WASHINGTON (Reuters) - Unlike a majority of their foreign peers, most U.S. corporate CEOs do not support the idea that businesses should have to disclose tax and financial information on a country-by-country basis, said a survey released on Thursday.
Country-by-country financial reporting - as opposed to standard reporting in which multinationals lump together financial figures from different countries - is gaining support as a way to help fight corporate tax dodging.
Corporate governance activists support it and the Organization for Economic Co-operation, a Paris-based club of rich countries, is making a formal study of it.
But only a third of U.S. CEOs said their companies “should be required to publish revenues, profits and taxes paid for each territory in which they operate,” said the survey from Big Four accounting firm PricewaterhouseCoopers LLP (PwC) PWC.UL.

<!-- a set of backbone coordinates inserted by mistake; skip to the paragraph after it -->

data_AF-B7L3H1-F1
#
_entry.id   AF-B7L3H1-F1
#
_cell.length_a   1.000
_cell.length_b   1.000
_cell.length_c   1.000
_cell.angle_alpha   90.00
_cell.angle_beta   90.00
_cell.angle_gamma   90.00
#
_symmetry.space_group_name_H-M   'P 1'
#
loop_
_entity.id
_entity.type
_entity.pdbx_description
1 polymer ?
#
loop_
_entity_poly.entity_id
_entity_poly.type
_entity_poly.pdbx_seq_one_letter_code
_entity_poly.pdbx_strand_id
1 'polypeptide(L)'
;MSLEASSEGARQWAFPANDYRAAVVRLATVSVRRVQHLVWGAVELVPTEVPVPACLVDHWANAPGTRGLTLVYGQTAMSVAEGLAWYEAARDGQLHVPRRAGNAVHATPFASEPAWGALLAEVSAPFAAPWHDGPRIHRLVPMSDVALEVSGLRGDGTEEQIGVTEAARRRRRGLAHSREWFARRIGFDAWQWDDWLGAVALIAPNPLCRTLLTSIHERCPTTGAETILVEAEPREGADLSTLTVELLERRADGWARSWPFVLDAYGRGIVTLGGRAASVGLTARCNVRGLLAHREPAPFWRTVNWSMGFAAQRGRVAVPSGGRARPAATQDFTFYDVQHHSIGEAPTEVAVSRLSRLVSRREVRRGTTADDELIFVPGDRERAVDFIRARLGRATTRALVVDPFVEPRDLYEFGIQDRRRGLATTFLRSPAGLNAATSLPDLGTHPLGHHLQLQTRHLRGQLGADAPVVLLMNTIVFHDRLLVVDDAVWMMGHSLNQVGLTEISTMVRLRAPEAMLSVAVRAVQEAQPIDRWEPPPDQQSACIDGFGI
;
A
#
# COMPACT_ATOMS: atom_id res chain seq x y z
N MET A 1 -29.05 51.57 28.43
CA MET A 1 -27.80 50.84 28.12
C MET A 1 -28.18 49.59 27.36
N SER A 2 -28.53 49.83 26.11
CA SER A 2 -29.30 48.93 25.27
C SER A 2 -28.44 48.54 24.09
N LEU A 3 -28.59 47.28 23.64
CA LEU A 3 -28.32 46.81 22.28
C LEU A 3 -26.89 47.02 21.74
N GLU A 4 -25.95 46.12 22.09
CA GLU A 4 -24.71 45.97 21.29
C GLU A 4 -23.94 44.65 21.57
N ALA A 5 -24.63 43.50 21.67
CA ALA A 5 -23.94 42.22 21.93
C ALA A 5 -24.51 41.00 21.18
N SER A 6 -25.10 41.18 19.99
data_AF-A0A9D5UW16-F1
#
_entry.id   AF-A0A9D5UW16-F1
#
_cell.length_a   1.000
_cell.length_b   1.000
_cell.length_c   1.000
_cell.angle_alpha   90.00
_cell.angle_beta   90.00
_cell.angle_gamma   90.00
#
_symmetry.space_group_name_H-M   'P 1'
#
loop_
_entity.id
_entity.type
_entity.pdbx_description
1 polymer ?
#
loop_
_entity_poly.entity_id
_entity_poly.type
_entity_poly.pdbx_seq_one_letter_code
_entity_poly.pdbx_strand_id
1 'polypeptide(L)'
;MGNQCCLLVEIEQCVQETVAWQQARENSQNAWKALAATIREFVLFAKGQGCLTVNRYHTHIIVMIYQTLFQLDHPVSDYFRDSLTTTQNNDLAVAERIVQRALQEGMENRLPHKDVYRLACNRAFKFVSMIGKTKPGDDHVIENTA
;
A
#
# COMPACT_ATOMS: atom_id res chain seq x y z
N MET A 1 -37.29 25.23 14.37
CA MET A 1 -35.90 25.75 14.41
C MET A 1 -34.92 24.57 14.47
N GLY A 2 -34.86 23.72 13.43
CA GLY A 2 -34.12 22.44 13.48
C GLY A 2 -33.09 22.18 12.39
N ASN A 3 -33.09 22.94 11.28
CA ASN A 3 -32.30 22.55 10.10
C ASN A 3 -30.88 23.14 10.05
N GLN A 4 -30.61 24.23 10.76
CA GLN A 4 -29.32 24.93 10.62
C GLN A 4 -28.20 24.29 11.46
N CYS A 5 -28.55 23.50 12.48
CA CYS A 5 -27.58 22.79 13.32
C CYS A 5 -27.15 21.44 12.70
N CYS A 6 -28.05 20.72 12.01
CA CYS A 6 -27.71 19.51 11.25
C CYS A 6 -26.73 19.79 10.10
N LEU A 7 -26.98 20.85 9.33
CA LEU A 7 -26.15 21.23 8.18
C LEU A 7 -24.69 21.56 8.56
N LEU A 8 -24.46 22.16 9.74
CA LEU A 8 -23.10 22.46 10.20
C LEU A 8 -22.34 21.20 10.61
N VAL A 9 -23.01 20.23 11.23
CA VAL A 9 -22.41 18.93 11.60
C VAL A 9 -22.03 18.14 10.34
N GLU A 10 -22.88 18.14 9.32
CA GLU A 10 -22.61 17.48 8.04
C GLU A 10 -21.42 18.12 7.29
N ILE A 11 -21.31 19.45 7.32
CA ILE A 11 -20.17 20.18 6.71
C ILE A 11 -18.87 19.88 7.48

That contrasts with the results of a PwC survey last month of more than 1,000 CEOs worldwide that found 59 percent of them agreed multinationals should be required to publish financial information on a country-by-country basis.
“The question is not whether country-by-country reporting will be required, the question is, what will it look like? And who will that information be provided to?” said Heather Lowe, director of government affairs at anti-graft watchdog group Global Financial Integrity in Washington, D.C.
Lowe’s group wants country-by-country reporting to be available to the public, not just government tax authorities.
One thing that country-by-country reporting would show is whether multinationals are shifting profits out of major markets and manufacturing centers and into tax havens.
Mark Mendola, who heads PwC’s U.S. tax practice, said in a statement: “U.S. CEOs may fear that overly broad disclosure of taxpayer information would lead to misinterpretation and increase the risk of double taxation.”
The OECD has set a May 19 public meeting to hear feedback on its January draft country-by-country reporting proposal.
Reporting by Patrick Temple-West; Editing by Kevin Drawbaugh, Bernard Orr